"Thalidomide" Babies

Jill Sosa

What Is Thalidomide?

Thalidomide is a sedative that used to be prescribed to treat anxiety, tension, and insomnia. The drug was formerly used as a mild sleeping pill safe even for pregnant women. It was often used to treat morning sickness in pregnant women. This ended up causing problems. Today, it is prescribed as a treatment to many various skin diseases.


In a post-war era when sleeplessness was prevalent, thalidomide was marketed to a world hooked on tranquilizers and sleeping pills. At the time, one out of seven Americans took them regularly. Also, thalidomide was a widely used drug in the late 1950s and early 1960s for the treatment of nausea in pregnant women. It became apparent in the 1960s that thalidomide treatment resulted in severe birth defects in thousands of children. Many children in the 1960’s were born with phocomelia as a side effect of the the drug thalidomide, resulting in the shortening or absence of limbs. Thalidomide caused birth defects across more than 46 nations and affected over 10,000 babies.


This mutation is not hereditary because it is caused by the drug thalidomide.


A case of thalidomide syndrom can be diagnosed bu ultrasound in the 17th well of pregnancy. When the fetus is exposed to the drug there are obvious results.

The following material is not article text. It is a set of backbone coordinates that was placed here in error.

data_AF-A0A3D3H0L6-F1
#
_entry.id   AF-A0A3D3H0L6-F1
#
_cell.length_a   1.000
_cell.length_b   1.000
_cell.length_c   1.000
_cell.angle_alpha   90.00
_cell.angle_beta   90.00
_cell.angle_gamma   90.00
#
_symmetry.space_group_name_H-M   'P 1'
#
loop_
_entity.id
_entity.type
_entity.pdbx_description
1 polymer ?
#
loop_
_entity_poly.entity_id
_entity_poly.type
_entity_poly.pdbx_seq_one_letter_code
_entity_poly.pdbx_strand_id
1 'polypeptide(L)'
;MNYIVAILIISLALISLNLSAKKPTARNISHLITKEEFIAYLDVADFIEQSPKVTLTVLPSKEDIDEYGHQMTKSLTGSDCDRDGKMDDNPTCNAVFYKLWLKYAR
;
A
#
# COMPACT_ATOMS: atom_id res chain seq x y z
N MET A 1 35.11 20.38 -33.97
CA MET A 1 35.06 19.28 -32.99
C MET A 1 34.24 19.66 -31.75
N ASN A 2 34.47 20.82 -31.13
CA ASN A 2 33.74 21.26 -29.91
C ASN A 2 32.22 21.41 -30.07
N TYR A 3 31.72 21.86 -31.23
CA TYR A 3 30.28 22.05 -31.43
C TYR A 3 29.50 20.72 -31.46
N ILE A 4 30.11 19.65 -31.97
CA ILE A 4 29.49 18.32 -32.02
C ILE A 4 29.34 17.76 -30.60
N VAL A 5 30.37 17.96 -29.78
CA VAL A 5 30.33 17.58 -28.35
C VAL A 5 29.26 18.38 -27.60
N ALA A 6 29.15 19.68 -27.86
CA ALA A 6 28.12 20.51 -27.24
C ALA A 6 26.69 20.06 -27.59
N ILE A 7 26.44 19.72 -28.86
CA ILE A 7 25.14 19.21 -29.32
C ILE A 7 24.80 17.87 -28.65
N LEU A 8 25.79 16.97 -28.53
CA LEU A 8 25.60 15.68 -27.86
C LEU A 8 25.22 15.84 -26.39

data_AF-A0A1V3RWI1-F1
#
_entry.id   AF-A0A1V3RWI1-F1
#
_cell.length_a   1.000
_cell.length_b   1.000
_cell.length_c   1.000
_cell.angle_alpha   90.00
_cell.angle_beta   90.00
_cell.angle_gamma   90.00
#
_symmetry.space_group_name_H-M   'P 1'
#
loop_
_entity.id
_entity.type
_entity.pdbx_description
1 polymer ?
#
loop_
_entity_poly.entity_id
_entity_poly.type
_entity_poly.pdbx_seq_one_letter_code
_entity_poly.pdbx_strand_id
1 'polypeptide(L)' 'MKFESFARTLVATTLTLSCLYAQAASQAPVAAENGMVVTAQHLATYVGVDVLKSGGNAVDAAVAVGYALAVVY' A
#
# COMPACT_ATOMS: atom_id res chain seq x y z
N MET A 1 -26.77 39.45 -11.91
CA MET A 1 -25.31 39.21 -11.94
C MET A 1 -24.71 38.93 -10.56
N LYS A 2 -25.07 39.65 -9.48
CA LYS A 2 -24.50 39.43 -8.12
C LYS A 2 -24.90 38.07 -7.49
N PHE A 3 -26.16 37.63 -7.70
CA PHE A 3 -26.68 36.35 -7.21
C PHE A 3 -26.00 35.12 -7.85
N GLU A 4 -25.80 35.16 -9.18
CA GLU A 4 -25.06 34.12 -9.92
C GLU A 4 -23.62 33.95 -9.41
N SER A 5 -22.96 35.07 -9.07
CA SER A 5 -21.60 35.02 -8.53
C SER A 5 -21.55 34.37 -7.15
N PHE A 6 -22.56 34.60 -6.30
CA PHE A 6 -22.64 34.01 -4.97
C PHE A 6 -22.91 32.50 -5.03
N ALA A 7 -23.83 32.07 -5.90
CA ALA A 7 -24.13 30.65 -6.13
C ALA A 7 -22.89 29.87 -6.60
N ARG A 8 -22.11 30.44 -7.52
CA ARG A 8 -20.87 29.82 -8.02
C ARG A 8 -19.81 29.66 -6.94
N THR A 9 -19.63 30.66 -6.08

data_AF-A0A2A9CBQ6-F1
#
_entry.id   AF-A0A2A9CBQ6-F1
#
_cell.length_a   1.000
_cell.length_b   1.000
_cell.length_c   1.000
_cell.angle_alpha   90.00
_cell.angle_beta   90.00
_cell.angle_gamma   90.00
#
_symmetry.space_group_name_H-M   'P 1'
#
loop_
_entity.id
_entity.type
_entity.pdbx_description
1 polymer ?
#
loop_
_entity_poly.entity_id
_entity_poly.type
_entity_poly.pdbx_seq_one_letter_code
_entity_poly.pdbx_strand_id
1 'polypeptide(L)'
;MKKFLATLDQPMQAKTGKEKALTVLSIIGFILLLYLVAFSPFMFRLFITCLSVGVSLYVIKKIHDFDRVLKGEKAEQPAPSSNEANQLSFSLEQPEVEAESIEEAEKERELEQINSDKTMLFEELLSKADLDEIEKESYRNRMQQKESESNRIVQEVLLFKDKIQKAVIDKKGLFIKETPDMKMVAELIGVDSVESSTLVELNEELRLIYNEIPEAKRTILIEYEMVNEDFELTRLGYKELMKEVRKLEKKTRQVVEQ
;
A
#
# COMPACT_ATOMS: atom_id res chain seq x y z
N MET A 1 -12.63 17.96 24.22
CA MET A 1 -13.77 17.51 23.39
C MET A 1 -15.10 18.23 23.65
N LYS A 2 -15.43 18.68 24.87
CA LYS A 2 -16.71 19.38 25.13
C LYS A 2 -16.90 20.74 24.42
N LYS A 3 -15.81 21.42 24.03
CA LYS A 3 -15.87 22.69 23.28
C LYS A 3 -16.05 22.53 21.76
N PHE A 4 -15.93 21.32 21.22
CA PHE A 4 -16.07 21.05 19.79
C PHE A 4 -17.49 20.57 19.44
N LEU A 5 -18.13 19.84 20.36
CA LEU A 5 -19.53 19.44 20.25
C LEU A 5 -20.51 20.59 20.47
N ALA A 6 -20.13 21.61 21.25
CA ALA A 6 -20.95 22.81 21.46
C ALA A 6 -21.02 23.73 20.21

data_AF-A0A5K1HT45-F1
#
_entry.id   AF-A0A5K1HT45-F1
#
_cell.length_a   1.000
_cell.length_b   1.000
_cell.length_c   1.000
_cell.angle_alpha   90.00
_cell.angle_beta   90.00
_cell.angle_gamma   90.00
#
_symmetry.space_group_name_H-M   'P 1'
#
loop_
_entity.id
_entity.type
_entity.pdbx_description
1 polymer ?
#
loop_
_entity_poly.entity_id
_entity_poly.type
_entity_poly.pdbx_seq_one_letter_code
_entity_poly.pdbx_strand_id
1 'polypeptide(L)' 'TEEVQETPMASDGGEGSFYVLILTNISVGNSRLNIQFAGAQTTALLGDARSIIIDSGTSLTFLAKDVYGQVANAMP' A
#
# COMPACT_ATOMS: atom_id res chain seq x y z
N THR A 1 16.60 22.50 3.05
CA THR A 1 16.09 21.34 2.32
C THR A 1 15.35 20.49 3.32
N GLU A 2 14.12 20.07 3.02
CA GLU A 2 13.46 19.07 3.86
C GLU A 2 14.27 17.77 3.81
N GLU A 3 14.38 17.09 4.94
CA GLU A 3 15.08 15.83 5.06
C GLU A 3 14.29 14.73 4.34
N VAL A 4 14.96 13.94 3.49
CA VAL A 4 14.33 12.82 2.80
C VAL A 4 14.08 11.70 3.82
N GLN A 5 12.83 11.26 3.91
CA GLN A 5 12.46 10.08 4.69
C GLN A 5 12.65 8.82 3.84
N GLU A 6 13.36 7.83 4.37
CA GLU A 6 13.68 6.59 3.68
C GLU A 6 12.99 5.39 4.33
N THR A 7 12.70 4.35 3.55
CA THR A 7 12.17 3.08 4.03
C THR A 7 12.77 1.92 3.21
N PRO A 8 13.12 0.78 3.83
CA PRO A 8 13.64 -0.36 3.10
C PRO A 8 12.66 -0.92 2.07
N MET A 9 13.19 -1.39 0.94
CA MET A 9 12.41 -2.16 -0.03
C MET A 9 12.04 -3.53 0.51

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These babies were born with missing or abnormal limbs, feet or hands. Other defects included abnormal or absent ears, heart and kidney problems, cleft palate, spinal cord defects and digestive system disorders. The most common injury is malformations or lack of arms and/or legs, but it can also be hearing impairment, deafness, blindness and internal injuries of the heart, kidneys, uterus etc. There are no symptoms noticeable to the mother, but symptoms of the baby can be as terrible as death. No-one knows how many miscarriages the drug caused, but it's estimated that, in Germany alone, 10,000 babies were born affected by Thalidomide.


There is not much treatment you can give to a thalidomide baby. Surgeries are possible, but will not totally fix the mutations. Also, prostetics can be an option for many people who grow up needing them.
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